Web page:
Sponsored by the ISBE (Institute for Small Business and Entrepreneurship)/ Economic and Social Research Council (ESRC)-RAKE (Research and Knowledge Exchange) Fund in the UK, academics at the Department of Management, King’s College London, Enterprise Research Centre at Imperial College London, and the Indian Institute of Management Bangalore (IIMB) (India), recently conducted a research study on transnational entrepreneurs (TEs) of Indian origin in the UK. The objective of the study was to discern the impact of their social ties for entry into India and the management of their transnational ventures.
In collaboration with King’s India Institute at King’s College London, the Confederation of Indian Industry (CII) and Gateway Asia (GA), UK, the findings of the research were disseminated to an audience of academics and policy makers in the UK at a seminar at the Department of Management, King’s College London in May 2014. The seminar was also motivated by the need to gauge ethnic entrepreneurs’ motivations to enter emerging markets such as India and assess the support available to them in the UK and overseas to overcome the challenges of doing business in these economies.
Transputec Limited formed an integral part of the research. ‘The inputs provided by Transputec and in particular, Rickie Sehgal in the UK, and his counterpart, Harash Jain in India, based on personal, in-depth, face to face interviews over a number of months proved invaluable in assisting with the objectives of the research. It has been an absolute pleasure interacting with both Rickie and Harash at such length and learning about their inspiring journey and varied business initiatives in India. While King’s College London greatly values the assistance that partnering with companies such as Transputec offers with our research projects, I would be delighted to take this relationship forward and continue my collaboration with Transputec in my ongoing research on transnational entrepreneurs in the UK and USA in my new position at San Jose State University (USA)’, says Dr. Sarika Pruthi, lead investigator of the study, and now at the School of Global Innovation & Leadership at the Lucas College & Graduate School of Business, San Jose State University (SJSU), California, USA.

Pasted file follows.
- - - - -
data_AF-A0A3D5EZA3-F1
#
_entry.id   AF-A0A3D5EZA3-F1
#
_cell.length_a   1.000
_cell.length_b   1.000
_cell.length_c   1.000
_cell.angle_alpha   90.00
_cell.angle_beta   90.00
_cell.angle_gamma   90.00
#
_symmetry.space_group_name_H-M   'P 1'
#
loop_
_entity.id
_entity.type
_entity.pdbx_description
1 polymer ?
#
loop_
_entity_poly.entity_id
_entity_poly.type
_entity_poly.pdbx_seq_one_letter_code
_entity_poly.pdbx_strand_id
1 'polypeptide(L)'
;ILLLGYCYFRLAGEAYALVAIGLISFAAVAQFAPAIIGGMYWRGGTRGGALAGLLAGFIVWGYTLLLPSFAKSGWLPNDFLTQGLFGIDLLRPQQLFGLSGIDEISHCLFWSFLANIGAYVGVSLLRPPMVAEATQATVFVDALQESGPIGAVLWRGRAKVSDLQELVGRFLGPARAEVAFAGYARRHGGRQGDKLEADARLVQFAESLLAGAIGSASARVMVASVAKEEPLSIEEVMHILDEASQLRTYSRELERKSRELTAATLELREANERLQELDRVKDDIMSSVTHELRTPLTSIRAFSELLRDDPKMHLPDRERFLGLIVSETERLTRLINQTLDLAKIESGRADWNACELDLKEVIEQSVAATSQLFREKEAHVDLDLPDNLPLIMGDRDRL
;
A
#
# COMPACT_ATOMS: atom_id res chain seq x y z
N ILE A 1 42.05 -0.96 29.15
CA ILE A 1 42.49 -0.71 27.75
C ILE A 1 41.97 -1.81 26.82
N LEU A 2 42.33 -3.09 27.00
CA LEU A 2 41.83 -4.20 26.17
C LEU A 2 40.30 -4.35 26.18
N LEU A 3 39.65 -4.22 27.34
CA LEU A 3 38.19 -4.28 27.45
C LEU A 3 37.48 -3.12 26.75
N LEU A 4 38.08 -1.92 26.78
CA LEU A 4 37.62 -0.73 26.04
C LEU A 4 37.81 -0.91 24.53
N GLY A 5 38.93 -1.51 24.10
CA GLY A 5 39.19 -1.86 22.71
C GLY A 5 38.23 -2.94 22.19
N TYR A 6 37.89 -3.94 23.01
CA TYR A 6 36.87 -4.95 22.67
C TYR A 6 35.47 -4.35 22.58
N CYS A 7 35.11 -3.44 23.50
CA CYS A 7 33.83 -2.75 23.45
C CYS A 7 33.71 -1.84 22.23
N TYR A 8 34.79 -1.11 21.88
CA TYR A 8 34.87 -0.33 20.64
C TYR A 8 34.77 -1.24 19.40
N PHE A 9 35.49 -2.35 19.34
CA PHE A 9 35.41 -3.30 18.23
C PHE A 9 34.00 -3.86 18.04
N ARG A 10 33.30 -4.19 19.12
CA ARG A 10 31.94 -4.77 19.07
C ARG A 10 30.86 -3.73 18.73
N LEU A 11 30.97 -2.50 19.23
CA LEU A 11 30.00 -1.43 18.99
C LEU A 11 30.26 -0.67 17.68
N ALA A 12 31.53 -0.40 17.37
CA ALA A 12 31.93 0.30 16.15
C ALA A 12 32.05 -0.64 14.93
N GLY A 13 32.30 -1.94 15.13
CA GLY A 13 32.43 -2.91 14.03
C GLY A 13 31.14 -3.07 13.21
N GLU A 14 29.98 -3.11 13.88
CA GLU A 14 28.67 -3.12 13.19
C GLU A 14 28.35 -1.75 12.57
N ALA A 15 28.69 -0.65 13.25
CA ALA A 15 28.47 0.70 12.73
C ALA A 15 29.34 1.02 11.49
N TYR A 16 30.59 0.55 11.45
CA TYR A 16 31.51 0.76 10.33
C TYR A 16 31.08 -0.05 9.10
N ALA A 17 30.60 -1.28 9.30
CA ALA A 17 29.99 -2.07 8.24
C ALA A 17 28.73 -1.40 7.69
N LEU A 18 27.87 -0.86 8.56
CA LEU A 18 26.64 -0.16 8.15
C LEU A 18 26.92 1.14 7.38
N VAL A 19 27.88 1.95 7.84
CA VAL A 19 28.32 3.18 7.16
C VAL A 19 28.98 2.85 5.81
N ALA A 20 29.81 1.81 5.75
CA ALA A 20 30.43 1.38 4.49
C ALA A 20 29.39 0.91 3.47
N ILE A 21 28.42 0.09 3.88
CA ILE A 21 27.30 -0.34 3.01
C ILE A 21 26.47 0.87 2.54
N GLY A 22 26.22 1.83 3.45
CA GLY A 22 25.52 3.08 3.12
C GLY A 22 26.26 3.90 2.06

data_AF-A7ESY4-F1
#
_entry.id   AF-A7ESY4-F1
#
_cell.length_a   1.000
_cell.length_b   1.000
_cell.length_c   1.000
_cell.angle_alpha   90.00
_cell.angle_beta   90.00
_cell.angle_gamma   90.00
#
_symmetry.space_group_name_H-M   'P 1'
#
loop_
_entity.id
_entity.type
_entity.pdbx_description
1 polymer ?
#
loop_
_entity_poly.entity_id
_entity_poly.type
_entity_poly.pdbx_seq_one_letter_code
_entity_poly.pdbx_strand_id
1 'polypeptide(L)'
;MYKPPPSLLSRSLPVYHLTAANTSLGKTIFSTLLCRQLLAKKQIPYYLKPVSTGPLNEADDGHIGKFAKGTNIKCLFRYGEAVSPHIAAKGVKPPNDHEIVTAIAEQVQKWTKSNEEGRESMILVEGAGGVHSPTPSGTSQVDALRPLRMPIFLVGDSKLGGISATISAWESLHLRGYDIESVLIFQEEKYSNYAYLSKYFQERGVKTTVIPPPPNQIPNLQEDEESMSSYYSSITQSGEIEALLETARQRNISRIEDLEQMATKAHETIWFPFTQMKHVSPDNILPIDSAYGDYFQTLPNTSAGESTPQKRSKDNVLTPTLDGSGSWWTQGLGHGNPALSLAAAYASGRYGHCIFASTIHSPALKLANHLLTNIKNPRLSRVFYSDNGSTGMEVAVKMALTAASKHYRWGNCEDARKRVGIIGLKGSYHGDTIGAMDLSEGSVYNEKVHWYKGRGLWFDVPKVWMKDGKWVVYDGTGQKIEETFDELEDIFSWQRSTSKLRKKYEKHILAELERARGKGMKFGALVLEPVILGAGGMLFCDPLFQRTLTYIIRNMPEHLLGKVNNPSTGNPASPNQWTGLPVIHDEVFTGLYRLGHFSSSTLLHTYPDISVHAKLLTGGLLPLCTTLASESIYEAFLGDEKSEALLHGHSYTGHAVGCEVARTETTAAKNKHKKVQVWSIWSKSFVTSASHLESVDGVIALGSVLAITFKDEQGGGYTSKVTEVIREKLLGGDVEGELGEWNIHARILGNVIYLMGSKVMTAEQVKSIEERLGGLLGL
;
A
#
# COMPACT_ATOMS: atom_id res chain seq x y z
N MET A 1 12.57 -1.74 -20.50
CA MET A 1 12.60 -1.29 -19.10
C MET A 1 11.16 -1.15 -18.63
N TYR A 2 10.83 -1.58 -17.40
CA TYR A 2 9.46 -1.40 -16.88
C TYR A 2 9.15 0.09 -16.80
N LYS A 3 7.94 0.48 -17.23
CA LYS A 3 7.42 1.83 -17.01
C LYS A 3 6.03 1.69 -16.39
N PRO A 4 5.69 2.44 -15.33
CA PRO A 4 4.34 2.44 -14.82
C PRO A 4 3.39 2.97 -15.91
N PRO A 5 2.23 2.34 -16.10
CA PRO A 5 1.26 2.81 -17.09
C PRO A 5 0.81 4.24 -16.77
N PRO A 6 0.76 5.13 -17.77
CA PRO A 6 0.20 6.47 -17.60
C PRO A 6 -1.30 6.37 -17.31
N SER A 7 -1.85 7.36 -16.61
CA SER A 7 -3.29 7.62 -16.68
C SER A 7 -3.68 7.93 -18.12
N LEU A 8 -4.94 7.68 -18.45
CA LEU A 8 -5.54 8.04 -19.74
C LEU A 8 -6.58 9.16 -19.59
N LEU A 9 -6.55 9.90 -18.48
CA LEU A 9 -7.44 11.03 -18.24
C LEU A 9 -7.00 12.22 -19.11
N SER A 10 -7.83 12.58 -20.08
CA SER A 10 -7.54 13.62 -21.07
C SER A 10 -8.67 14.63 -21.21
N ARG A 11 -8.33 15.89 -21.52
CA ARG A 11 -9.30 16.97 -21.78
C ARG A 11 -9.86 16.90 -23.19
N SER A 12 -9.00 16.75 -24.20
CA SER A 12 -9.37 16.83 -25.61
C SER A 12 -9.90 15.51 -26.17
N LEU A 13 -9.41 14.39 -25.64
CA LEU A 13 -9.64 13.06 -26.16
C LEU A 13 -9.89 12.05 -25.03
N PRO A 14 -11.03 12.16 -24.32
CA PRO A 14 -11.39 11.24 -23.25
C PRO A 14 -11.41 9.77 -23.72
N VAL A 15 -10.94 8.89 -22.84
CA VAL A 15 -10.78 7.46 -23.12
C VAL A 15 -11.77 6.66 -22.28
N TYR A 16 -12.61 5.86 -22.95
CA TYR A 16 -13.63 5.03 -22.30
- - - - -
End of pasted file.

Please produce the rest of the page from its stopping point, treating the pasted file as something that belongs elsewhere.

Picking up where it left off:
The findings of the research and proceedings of the seminar are summarized in a report. Based on in-depth case studies of TEs and their key personnel, the findings show that the role of different types of social ties for home country entry by TEs is contingent on a) whether TEs enter India based on prior work experience with a former employer and b) whether the business idea for the TNV is based on prior work experience in the UK. TEs are also heterogeneous in the way they leverage social capital to manage their TNVs contingent on a) their location (UK or India) relative to b) the location (UK or India) of the social ties that they leverage to source key skills to manage their TNV.
The research findings and their implications for policy and practice are presented in Part I of the report. The highlights of the seminar, and the recommendations for practice based on the panel sessions are outlined in Part II. Part III concludes with the directions for future research and areas for potential collaboration between academia and industry to explore key issues.
As speaker on the panel on ‘Ethnic Entrepreneurs in the UK and Internationalization to the Home Country’ at King’s College London in May, 2014, Rickie shared his story of entering India and building and managing a business in his home country. Rickie’s experience suggests that aspiring entrepreneurs wanting to enter their home country need to be proactive, risk-taking and innovative. Due to institutional and cultural bottlenecks in emerging markets, entrepreneurs in the UK entering their home country must leverage social ties in both their host and home countries. Furthermore, they must recruit local talent and build bilateral communication channels for effective management of their businesses in the home country.